In a statement on Monday, Court Protocol and Information Manager Alicia Carter- Fisher said matters scheduled for hearing yesterday would proceed as listed from 10 am, unless attorneys or parties had been otherwise notified. Other services of the court were also opened from 10 am instead of the usual 9 am, because of the tropical storm warning that was in effect.
However, it was not business as usual at the Port of Spain Magistrates’ Court. There were only three note-takers present who had to be juggled between four magistrates.
No remanded prisoners were brought to court but there was the full complement of police, all of whom had been called out for active duty when the storm warning went into effect.
Only a few charge cases (prisoners who were charged over the weekend) were brought to court yesterday and several police who charged people were said to be out on the field as a result of the passage of Bret. There were no clerks up until midday.
The situation was similar at other magistrates’ courts and also at the Port of Spain High Court, where a number of court staff did not turn up for work.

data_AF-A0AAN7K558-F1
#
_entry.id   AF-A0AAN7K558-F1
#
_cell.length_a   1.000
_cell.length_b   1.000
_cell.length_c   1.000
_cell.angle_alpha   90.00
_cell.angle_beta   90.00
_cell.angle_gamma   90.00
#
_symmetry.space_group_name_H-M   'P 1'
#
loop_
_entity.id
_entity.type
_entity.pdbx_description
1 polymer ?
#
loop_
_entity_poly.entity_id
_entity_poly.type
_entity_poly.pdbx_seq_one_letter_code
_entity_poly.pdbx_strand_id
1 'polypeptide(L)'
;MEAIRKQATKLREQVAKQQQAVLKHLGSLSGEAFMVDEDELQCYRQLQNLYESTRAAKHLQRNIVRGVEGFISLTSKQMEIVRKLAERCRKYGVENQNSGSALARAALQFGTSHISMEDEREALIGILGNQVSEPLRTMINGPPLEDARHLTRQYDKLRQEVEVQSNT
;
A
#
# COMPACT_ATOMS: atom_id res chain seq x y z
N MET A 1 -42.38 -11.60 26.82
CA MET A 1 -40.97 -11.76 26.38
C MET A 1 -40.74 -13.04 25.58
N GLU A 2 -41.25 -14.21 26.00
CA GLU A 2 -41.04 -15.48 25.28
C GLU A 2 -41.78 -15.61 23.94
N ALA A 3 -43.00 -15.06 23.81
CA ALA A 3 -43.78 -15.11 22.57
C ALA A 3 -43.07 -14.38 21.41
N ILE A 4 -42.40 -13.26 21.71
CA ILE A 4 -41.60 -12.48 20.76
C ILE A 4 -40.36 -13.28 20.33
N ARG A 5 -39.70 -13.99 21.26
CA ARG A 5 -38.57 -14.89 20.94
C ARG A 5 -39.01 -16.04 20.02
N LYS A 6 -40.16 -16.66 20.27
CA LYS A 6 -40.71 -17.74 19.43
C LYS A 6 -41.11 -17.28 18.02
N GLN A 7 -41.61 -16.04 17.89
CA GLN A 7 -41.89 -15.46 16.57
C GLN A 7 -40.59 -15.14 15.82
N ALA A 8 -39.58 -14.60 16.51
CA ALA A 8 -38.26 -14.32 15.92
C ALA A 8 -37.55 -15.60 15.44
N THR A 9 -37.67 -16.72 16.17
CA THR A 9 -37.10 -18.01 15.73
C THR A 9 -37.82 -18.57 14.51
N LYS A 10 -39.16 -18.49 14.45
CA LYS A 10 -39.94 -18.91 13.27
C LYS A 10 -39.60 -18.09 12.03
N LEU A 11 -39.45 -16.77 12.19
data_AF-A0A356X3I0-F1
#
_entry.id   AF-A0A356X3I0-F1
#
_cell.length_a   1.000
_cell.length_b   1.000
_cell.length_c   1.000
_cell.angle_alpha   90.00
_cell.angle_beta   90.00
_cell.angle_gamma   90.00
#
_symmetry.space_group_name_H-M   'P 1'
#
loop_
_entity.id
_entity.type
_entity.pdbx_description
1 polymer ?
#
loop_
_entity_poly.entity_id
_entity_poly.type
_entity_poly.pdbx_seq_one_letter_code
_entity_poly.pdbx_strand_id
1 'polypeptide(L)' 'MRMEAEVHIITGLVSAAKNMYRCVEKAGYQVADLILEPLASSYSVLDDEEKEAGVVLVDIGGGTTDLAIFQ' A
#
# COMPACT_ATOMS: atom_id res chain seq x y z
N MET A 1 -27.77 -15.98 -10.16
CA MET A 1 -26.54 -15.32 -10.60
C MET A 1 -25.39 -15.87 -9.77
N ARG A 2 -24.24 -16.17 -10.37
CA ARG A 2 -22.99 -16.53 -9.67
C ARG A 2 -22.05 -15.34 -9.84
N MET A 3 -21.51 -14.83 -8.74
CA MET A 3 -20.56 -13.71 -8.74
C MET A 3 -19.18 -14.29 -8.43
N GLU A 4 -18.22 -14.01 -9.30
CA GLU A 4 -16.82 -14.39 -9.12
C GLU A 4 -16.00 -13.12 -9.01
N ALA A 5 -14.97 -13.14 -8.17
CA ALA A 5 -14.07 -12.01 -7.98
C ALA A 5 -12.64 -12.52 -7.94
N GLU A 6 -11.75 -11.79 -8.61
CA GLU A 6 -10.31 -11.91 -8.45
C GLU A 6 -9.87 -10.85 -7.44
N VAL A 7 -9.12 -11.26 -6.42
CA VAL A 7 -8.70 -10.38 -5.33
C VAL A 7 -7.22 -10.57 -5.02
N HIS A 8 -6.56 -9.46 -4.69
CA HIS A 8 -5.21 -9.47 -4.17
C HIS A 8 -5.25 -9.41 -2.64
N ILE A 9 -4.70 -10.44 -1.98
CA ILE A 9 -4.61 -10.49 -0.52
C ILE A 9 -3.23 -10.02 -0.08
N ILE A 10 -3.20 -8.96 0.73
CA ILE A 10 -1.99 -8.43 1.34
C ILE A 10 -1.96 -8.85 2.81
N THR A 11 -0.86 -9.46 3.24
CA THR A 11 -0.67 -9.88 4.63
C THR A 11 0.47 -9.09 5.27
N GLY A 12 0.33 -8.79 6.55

“They could have just put all the Tuesday cases to Wednesday, instead of putting people through this pressure. It was really inconsiderate.
Port of Spain is a ghost town. Taxis drivers not working, even the bus not working and they have people coming here for their matter to get adjourned as usual.
Why come on a day like today for something that they always doing,” asked a member of the public.
In a subsequent statement yesterday, Carter- Fisher indicated all magistrates’ courts were closed at noon yesterday, “owing to difficulties being experienced in the aftermath of the tropical storm.” Carter- Fisher noted that all counter and other services of the High Court continued to be accessible to the public until the close of business and the public was advised to only access the services of the Supreme Court if there were urgent documents for filing and other business that cannot be done today when the High Court will be fully operational.